In 2012, a wave of youth suicides in Northland featured far too many of Ngātiwai descent. 19 people under 25 years took their own lives, a huge increase from 5 the year before (Penney & Dobbs, 2014). Suicide rates for Māori youth in Te Tai Tokerau, including the Ngātiwai rohe, is therefore a major public health issue.
Te Reo Māori represents an amazing opportunity to New Zealand for its potential to enrich society and culture and transform the experience and consciousness of those who are exposed to and use the language. The Māori language is an official language of New Zealand and is indigenous to our country. It is part of our country’s national character and identity. The richness and vibrancy of the language distinguishes New Zealand in areas such as tourism, exporting, employment, education and broadcasting, and plays an integral role in cultural identity.
He Mangōpare Amohia: Strategies for Māori Economic Development
Critical success factors for Māori economic development have been identified in a just released report on the three-year Ngā Pae o te Māramatanga (NPM) research programme – Te Tupunga Māori Economic Development.
The purpose of this proposal is for interns to: - experience the ethos of the Māori & Psychology Research Unit and a culture of research excellence; - enhance their knowledge of indigenous psychology; the process of indigenising psychology; and the task of energising an indigenous Māori psychology. - engage with the research cycle and be active in generating research ideas and proposals for funding. Interns will be located on campus at the Māori & Psychology Research Unit, University of Waikato and will:
Ōkahu Bay lies adjacent to Te Whenua Rangatira, occupying a dominant headland near the mouth of the Waitemata Harbour, collectively the ancestral home of Ngāti Whātua Ōrākei. The spiritual significance of the land was recognised by Ngāti Whātua Ōrākei ancestors who sought to safeguard Te Whenua Rangatira as a place which links water, land, forest and sky (Tangaroa, Papatūānuku, Tānemahuta and Ranginui) maintaining a strong link with surrounding cultural landmarks within the isthmus and beyond.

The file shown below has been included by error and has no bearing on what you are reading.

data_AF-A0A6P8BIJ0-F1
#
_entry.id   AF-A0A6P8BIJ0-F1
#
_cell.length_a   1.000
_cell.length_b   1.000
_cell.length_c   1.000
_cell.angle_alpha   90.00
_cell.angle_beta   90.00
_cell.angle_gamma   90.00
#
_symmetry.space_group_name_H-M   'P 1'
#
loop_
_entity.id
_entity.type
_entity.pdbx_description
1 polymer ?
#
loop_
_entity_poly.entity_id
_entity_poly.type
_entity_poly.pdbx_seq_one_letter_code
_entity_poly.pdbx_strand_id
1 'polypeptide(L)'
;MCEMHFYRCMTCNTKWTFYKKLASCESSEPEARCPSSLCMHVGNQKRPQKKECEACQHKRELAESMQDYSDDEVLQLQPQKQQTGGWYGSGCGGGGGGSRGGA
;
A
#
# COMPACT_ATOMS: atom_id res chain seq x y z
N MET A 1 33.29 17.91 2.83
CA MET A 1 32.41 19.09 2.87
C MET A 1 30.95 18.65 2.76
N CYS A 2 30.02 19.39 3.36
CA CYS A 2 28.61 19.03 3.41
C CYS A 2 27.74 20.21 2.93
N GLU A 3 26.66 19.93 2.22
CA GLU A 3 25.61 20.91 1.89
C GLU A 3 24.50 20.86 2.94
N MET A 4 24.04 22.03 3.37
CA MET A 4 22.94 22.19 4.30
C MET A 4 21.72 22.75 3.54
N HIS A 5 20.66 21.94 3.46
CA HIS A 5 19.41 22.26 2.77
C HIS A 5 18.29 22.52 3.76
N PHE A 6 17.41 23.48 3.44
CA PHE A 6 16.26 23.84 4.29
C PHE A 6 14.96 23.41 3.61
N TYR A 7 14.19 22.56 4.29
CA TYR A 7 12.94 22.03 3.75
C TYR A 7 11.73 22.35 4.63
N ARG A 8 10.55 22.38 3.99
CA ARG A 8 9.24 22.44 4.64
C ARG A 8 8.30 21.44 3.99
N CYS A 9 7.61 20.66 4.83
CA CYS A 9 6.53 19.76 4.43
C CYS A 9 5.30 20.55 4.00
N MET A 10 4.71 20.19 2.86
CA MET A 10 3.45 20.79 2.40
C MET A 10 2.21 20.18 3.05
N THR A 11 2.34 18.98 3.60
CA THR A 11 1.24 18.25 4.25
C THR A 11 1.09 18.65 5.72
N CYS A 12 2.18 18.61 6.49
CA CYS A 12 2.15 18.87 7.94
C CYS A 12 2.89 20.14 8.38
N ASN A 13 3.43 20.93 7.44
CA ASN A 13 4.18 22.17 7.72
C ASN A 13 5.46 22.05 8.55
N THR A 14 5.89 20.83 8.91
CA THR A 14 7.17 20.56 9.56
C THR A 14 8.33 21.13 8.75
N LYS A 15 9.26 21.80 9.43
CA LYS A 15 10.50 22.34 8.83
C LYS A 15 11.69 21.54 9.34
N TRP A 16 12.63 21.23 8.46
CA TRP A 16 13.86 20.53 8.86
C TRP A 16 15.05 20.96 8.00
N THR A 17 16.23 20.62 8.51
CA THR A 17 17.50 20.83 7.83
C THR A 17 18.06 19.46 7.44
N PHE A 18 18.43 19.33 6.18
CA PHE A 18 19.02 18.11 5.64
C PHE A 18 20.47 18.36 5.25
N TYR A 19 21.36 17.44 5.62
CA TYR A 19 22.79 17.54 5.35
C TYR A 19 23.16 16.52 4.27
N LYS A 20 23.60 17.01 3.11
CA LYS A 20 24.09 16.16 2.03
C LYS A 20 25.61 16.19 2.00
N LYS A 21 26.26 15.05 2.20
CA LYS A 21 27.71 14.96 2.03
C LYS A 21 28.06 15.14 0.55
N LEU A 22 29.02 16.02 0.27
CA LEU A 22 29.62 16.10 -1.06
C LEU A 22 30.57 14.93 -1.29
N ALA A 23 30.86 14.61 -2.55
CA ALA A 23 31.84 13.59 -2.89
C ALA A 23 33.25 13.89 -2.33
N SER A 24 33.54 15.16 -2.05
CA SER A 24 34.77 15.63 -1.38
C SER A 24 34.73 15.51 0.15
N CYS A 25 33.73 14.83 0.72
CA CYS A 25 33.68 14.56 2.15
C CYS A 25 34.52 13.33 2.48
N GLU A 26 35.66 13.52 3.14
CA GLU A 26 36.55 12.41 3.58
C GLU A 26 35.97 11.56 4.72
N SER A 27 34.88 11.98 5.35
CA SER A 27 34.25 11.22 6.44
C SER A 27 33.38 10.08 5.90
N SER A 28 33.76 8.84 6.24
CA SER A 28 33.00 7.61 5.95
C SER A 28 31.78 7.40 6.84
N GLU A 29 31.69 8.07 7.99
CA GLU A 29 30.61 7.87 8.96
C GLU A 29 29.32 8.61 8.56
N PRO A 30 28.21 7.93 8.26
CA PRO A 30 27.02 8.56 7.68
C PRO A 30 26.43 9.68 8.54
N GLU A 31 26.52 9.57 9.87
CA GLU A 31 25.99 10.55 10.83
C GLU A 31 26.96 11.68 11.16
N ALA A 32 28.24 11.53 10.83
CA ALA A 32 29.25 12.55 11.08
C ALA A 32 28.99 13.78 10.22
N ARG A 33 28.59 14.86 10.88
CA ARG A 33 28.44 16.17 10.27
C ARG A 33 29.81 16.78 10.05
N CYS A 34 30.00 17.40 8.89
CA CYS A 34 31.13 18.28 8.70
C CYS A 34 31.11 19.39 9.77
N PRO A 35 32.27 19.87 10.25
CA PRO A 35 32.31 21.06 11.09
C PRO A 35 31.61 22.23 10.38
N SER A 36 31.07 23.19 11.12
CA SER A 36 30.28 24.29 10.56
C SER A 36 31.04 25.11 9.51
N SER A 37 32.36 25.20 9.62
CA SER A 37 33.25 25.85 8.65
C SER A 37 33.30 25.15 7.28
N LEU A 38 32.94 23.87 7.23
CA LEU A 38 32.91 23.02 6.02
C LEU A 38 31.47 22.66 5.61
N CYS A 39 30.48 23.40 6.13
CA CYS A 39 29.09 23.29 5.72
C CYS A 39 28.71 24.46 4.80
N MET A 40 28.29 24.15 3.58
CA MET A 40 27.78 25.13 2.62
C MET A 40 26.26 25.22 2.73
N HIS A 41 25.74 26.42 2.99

The purpose of this project is to examine the Māori and Pacific archives in the Hocken Library pertaining to Tangaroa, the ocean and the sea. The intern will undertake archival research specifically within the Hocken Library and this will form part of the initial stages of the Māori programme of research within the Sustainable Seas National Science Challenge.
A survey study conducted in 2012 investigated whether employee perceptions of the extent to which their organisation espoused 5 core Māori values identified in the literature (manaakitanga, wairuatanga, auahatanga, whakawhanaungatanga, and kaitiakitanga), influenced their disposition to engage in helping behaviours at work and feel more committed to the organisation. These relationships were moderated by extent of identification with Māori culture (being Māori vs. identifying as Māori).
Can communicative language teaching (CLT) help save indigenous languages? This project is a review of literature on CLT and its relevance to indigenous language revitalisation. It forms part of a broader research project to examine the teaching and learning of Māori, Tahitian and Hawai’ian within universities.
Despite the proliferation of equity and diversity plans and policies that have been established in universities across New Zealand over the past 25 years, Māori academic staff make up only a very small proportion of the nation’s academic workforce (6%) and the proportion of Pacific academic staff is even smaller (2%).